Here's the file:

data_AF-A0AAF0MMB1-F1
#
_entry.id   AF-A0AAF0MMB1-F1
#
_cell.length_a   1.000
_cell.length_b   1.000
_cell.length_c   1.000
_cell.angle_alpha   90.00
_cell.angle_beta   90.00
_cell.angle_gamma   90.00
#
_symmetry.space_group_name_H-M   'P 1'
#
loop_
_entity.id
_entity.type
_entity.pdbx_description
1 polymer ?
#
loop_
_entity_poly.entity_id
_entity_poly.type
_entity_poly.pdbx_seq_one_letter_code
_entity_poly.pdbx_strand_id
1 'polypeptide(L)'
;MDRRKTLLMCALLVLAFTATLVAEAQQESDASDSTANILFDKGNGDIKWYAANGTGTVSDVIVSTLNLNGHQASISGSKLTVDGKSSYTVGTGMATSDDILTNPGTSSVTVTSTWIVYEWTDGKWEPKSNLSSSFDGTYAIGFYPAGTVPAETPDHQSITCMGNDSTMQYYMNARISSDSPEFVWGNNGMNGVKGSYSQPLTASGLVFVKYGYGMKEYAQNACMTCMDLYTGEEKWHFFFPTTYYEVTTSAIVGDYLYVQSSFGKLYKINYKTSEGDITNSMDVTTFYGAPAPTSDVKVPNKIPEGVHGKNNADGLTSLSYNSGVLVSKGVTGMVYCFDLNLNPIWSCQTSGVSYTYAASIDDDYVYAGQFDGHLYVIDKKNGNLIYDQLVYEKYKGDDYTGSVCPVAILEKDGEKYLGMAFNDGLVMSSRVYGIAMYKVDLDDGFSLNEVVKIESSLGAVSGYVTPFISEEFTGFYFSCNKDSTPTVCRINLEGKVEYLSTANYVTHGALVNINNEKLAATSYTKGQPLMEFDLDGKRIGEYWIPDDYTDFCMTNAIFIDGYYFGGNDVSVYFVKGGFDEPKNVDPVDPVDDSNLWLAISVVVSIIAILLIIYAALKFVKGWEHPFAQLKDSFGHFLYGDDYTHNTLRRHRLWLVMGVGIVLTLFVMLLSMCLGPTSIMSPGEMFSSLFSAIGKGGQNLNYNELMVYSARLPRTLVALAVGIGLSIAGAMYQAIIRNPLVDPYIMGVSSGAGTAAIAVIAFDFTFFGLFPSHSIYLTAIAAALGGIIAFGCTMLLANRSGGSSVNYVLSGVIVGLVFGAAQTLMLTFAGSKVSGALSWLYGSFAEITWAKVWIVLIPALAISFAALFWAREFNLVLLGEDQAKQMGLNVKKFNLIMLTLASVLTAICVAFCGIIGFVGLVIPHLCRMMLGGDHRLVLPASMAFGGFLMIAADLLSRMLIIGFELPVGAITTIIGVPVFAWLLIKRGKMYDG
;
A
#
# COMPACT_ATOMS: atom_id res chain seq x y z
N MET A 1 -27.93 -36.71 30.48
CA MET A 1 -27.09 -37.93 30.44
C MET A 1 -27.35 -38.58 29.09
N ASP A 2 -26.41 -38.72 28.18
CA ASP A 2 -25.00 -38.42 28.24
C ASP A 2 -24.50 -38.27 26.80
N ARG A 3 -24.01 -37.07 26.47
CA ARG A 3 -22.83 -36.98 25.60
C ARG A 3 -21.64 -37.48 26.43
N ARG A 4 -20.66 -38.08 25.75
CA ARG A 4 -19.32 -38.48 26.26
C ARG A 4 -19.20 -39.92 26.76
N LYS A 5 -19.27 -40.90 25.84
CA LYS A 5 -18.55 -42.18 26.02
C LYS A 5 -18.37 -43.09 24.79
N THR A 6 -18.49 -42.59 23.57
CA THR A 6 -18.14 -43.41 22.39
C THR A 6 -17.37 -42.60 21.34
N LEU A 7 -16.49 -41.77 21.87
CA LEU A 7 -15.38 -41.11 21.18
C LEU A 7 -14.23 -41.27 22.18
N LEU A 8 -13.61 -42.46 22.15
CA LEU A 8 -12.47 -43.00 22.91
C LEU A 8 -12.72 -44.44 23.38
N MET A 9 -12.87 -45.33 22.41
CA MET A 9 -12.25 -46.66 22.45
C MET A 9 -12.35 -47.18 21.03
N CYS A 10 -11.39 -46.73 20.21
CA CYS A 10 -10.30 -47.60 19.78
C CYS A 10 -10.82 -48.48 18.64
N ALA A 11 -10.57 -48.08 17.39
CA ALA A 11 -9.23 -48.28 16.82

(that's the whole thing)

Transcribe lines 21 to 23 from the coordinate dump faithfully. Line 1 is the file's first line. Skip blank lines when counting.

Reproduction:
_entity_poly.entity_id
_entity_poly.type
_entity_poly.pdbx_seq_one_letter_code